Meanwhile, a co-worker of our dossier-creating engineer notices how strangely the engineer has been acting lately, making odd statements about women, missing work, acting, well, just generally creepy. The co-worker mentions this to a manager, who, to cover his ass, tells the police.
The police, hungry for any lead, obtain a search warrant for the engineer’s home, and while he is away, they comb through his apartment, finding little evidence linking him to the crimes. But they take his home computer, and through relatively simple computer forensics, manage to unlock the password protected folder, unearthing the trove of information contained within. It is a shocking dossier of scores of young women, and the most unsettling thing about it is how simple it was for the engineer to compile it.
Someone at the police department tips off a local reporter that the engineer is the killer, and that the password he used on his dossier of his victims was “hot young things.”
The national and international media absolutely go batshit over “The Hot Young Things Killer” and set up a 24-hour-a-day satellite-truck-infested mediapalooza outside the engineer’s employer. Every possible story angle, every speculation, every movement of anyone involved in the case is scrutinized, live, 24/7. It’s the Scott Peterson, OJ Simpson, Michael Jackson media scrum of the moment.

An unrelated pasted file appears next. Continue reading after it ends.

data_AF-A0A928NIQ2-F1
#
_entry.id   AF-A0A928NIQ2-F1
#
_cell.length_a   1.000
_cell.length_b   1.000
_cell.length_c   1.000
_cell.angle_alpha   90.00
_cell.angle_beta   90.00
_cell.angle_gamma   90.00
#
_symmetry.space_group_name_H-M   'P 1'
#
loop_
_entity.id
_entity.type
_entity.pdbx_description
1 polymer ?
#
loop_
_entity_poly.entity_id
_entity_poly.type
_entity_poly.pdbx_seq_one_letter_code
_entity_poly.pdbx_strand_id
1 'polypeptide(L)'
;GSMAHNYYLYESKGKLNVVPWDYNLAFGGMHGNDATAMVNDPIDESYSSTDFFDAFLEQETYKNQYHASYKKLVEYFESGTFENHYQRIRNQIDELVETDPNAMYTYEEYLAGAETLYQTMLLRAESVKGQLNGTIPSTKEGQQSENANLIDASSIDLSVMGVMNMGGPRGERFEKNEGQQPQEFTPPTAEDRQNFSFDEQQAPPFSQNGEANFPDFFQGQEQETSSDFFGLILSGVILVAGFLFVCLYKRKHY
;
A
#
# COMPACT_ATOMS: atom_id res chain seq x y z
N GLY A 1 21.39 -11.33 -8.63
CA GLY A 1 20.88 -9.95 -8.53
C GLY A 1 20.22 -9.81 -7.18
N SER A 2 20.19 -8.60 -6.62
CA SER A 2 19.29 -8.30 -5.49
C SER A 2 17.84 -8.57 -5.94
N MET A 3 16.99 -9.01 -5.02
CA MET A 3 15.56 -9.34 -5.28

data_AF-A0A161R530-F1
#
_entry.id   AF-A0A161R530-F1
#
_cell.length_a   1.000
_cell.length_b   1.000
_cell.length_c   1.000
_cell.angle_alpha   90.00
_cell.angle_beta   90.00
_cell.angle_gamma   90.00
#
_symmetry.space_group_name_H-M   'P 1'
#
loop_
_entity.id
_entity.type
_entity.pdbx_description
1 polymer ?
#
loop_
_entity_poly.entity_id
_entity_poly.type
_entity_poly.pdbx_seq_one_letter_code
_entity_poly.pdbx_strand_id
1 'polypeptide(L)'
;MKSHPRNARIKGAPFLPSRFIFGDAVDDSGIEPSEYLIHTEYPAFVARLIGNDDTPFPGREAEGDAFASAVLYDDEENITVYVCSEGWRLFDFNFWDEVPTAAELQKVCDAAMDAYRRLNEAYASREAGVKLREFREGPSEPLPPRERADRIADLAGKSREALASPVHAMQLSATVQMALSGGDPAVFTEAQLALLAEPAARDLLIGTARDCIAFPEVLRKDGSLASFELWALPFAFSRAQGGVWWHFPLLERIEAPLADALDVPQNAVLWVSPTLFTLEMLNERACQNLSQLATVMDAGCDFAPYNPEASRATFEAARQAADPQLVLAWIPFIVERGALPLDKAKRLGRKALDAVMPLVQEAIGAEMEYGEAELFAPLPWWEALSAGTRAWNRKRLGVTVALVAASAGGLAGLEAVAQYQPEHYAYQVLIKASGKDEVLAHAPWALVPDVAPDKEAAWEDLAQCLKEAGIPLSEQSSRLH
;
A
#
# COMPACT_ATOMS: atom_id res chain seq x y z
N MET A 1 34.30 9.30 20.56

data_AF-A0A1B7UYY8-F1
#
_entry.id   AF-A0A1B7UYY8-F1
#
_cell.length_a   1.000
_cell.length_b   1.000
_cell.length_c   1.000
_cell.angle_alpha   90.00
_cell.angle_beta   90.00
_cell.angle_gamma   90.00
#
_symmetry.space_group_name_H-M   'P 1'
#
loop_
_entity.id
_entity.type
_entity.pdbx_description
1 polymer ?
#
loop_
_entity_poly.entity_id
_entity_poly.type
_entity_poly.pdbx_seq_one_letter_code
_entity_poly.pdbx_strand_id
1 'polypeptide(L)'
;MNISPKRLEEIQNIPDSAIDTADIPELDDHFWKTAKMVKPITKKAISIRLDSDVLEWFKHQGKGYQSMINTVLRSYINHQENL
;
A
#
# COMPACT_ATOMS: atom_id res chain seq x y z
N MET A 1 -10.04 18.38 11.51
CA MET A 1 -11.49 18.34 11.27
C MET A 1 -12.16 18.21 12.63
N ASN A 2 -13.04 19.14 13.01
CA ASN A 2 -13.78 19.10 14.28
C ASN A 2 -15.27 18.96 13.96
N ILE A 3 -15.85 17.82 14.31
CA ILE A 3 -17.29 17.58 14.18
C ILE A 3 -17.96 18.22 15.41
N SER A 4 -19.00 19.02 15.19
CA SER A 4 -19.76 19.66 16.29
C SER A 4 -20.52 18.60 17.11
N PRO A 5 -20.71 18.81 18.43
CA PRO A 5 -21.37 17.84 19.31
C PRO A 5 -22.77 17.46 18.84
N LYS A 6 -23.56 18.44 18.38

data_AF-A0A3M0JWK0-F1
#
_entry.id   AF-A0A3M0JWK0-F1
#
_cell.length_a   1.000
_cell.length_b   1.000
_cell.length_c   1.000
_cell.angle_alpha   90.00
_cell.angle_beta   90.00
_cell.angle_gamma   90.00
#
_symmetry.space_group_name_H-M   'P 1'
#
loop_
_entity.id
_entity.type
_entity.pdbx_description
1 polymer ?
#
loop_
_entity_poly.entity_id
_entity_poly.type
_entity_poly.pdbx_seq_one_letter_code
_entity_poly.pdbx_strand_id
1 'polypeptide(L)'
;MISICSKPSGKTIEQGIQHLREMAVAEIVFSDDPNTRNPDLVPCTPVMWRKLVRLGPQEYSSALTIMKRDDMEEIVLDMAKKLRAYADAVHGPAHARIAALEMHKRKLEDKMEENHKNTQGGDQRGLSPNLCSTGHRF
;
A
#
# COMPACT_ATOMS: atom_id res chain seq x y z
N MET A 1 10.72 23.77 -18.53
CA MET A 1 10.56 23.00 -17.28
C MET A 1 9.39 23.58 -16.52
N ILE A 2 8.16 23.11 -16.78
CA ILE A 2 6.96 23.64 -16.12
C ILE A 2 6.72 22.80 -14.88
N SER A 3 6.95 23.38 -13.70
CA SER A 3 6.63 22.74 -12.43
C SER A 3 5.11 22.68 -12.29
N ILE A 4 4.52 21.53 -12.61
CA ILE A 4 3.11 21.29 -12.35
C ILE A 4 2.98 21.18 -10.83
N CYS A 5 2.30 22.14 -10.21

And the main hook of the story? How easy it was for the killer to identify, track, and manipulate his victims because of the data he had access to at his workplace. A privacy nightmare! Who KNEW that we we so exposed?! Google, Yahoo, MSN, etc. are FLOODED with requests about their privacy policies: What information do you have about me? How can I see it? What do you use if for? Come on, tell me EVERYTHING! Who else has access to it? How can I edit it? Protect it? Delete it? Manage it? The companies are caught off guard, and, at least initially, do not have adequate resources to manage the demands of the tends of thousands of users who are flooding their phone and email lines. In fact, some of them simply CAN’T promise that they can find or even delete the information, leading to even more outcry.
Sensing an opportunity, a cadre of congressmen whip up the USA PROTECT Act (I’ll figure out what that stands for later) which, in essence, is about as stupid and ill thought as the PATRIOT Act.) In short, it makes it nearly impossible for the Internet industry to do just about anything with individuals’ data unless they expressly agree to it, in writing. The debate is brief, the act passes nearly unanimously. Innovation and new product flow withers, search and search-driven progress stalls. A fearful public begins to use the Internet just a little bit less….worried that until the companies with which they interact can guarantee their personal privacy, the trade off is simply too great.
Or rather, what can be done to mitigate such a scenario?
I have a few ideas, but that will be in the next post. This one tired me out, and it’s Saturday, after all. (Oh, and by the way, anyone in Hollywood reading this, the screenplay is in the mail….)